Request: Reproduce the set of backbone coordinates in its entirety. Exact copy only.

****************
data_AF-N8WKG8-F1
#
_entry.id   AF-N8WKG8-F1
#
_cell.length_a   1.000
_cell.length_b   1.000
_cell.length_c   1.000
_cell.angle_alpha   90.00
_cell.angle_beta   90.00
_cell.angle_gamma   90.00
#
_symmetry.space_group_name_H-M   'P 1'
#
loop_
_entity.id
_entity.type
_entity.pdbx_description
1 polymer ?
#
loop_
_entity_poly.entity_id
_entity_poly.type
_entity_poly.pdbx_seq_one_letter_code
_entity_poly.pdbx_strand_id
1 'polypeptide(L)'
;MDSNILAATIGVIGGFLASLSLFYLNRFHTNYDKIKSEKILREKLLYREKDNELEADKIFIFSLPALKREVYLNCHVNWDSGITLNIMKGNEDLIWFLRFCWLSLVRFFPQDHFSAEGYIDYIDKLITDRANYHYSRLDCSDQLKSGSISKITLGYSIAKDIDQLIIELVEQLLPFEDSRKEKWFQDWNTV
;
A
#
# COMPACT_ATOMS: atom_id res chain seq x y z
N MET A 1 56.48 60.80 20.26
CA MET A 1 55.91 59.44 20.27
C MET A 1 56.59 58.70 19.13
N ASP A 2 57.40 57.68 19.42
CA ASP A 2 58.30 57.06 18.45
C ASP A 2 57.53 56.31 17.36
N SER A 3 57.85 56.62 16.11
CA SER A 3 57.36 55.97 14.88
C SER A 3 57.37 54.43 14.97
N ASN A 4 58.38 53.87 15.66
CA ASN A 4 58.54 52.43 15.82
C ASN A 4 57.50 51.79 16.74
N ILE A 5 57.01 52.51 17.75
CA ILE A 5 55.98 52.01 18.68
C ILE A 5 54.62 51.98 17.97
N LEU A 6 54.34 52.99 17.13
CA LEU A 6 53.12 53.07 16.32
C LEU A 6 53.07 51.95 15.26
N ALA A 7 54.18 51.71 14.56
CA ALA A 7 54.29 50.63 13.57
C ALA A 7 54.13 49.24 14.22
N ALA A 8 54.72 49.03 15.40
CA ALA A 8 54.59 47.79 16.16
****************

data_AF-N8WKG8-F1
#
_entry.id   AF-N8WKG8-F1
#
_cell.length_a   1.000
_cell.length_b   1.000
_cell.length_c   1.000
_cell.angle_alpha   90.00
_cell.angle_beta   90.00
_cell.angle_gamma   90.00
#
_symmetry.space_group_name_H-M   'P 1'
#
loop_
_entity.id
_entity.type
_entity.pdbx_description
1 polymer ?
#
loop_
_entity_poly.entity_id
_entity_poly.type
_entity_poly.pdbx_seq_one_letter_code
_entity_poly.pdbx_strand_id
1 'polypeptide(L)'
;MDSNILAATIGVIGGFLASLSLFYLNRFHTNYDKIKSEKILREKLLYREKDNELEADKIFIFSLPALKREVYLNCHVNWDSGITLNIMKGNEDLIWFLRFCWLSLVRFFPQDHFSAEGYIDYIDKLITDRANYHYSRLDCSDQLKSGSISKITLGYSIAKDIDQLIIELVEQLLPFEDSRKEKWFQDWNTV
;
A
#
# COMPACT_ATOMS: atom_id res chain seq x y z
N MET A 1 56.48 60.80 20.26
CA MET A 1 55.91 59.44 20.27
C MET A 1 56.59 58.70 19.13
N ASP A 2 57.40 57.68 19.42
CA ASP A 2 58.30 57.06 18.45
C ASP A 2 57.53 56.31 17.36
N SER A 3 57.85 56.62 16.11
CA SER A 3 57.36 55.97 14.88
C SER A 3 57.37 54.43 14.97
N ASN A 4 58.38 53.87 15.66
CA ASN A 4 58.54 52.43 15.82
C ASN A 4 57.50 51.79 16.74
N ILE A 5 57.01 52.51 17.75
CA ILE A 5 55.98 52.01 18.68
C ILE A 5 54.62 51.98 17.97
N LEU A 6 54.34 52.99 17.13
CA LEU A 6 53.12 53.07 16.32
C LEU A 6 53.07 51.95 15.26
N ALA A 7 54.18 51.71 14.56
CA ALA A 7 54.29 50.63 13.57
C ALA A 7 54.13 49.24 14.22
N ALA A 8 54.72 49.03 15.40
CA ALA A 8 54.59 47.79 16.16